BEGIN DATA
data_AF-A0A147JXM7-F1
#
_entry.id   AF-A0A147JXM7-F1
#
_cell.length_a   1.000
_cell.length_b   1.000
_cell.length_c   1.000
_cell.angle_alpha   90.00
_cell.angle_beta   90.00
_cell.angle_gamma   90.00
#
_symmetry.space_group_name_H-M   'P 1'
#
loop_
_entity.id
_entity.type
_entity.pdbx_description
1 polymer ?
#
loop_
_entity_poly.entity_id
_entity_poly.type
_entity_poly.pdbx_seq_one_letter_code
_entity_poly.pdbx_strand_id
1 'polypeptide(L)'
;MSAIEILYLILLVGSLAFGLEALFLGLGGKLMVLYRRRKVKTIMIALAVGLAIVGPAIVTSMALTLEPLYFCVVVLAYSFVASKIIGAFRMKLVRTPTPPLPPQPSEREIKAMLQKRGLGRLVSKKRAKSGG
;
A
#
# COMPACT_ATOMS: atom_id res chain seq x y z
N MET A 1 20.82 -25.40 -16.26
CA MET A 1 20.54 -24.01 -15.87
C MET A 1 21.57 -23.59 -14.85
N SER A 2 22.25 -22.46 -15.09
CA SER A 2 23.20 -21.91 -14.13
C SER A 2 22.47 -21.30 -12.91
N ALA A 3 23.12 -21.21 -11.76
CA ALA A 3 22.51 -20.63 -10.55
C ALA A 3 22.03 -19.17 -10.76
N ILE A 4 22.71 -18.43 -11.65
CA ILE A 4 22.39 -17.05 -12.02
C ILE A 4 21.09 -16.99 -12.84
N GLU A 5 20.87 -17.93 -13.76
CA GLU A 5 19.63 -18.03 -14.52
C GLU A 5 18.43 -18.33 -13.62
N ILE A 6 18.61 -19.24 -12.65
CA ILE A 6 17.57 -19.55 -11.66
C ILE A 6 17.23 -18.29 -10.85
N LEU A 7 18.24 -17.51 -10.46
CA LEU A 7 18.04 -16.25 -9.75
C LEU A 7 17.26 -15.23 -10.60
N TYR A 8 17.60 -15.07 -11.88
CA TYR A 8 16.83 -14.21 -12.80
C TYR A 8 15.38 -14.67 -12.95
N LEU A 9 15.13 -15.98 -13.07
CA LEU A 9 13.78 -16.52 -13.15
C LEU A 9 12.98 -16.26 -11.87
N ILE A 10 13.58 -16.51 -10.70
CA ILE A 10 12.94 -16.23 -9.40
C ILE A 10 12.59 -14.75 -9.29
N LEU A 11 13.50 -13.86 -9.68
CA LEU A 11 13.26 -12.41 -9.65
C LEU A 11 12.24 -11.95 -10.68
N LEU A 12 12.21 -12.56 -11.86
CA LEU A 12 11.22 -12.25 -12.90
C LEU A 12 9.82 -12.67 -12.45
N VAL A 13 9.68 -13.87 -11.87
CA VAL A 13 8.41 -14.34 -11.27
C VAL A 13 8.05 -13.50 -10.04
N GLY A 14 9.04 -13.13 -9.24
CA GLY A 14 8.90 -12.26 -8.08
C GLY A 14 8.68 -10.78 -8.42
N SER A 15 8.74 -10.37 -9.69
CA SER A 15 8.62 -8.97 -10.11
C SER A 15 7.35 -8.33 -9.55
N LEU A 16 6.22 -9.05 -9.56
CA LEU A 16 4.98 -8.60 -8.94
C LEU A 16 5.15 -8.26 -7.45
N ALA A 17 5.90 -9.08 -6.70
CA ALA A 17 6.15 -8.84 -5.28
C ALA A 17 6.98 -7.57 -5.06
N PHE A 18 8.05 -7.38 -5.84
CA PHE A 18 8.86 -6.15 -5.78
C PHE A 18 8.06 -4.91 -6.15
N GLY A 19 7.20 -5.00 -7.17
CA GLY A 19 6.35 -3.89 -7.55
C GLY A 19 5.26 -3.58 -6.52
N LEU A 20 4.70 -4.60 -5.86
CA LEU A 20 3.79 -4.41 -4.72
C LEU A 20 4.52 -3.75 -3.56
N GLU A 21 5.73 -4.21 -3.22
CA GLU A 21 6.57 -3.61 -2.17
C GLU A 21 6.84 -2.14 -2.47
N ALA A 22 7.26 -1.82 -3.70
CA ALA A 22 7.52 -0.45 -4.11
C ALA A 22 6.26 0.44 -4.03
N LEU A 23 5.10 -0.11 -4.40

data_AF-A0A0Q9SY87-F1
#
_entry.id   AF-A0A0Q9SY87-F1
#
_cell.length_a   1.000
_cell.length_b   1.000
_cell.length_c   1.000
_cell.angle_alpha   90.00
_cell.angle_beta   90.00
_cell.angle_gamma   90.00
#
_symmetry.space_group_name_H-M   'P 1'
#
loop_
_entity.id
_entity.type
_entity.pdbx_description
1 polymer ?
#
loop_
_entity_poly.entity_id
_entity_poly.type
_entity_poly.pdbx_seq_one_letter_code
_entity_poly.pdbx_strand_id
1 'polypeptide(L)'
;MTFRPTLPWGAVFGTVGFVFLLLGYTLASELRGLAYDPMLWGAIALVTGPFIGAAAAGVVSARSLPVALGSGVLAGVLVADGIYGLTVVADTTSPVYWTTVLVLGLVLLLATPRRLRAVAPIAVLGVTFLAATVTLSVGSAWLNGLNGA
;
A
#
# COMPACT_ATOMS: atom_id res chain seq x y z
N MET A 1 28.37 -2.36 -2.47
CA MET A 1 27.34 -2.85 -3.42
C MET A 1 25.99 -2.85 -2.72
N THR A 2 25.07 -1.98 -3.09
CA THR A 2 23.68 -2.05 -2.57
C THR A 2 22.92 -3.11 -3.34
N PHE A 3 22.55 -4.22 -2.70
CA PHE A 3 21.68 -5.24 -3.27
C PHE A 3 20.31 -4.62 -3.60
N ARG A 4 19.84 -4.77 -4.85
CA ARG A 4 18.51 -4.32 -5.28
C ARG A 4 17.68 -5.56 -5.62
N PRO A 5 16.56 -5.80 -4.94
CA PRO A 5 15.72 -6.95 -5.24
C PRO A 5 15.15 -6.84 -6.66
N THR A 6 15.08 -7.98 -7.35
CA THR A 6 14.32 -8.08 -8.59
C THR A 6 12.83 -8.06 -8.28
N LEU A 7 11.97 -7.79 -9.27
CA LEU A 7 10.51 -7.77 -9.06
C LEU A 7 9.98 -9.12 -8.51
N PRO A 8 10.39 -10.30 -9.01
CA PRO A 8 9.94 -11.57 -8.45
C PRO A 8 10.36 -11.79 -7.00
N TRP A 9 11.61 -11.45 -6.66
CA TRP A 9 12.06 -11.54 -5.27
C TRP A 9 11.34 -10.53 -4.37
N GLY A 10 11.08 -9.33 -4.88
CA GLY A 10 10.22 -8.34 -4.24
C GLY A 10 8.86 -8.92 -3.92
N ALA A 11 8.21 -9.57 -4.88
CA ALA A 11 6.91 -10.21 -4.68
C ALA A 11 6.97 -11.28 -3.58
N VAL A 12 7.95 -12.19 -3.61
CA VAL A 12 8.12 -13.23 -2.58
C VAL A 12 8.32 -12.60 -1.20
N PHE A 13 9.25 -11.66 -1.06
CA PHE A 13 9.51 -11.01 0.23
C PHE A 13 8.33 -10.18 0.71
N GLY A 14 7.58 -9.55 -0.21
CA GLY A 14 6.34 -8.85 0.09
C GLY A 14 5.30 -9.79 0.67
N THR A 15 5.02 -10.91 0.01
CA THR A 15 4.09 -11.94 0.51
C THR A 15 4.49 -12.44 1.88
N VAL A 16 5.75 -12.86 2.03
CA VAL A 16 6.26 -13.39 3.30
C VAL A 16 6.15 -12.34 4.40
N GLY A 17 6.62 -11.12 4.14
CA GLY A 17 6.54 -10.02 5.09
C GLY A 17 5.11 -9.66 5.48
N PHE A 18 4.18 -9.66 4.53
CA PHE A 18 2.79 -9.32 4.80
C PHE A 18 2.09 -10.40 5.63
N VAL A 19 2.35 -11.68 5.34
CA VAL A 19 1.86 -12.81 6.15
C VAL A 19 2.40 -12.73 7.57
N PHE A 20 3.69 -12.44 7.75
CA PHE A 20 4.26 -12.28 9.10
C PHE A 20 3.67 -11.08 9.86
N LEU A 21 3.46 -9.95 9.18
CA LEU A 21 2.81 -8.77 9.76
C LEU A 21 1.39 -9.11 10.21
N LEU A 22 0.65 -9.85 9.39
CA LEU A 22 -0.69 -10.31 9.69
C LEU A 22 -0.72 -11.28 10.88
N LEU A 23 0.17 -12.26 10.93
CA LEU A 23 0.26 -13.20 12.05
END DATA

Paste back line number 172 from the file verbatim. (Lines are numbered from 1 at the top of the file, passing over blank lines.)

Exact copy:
C THR A 15 4.49 -12.44 1.88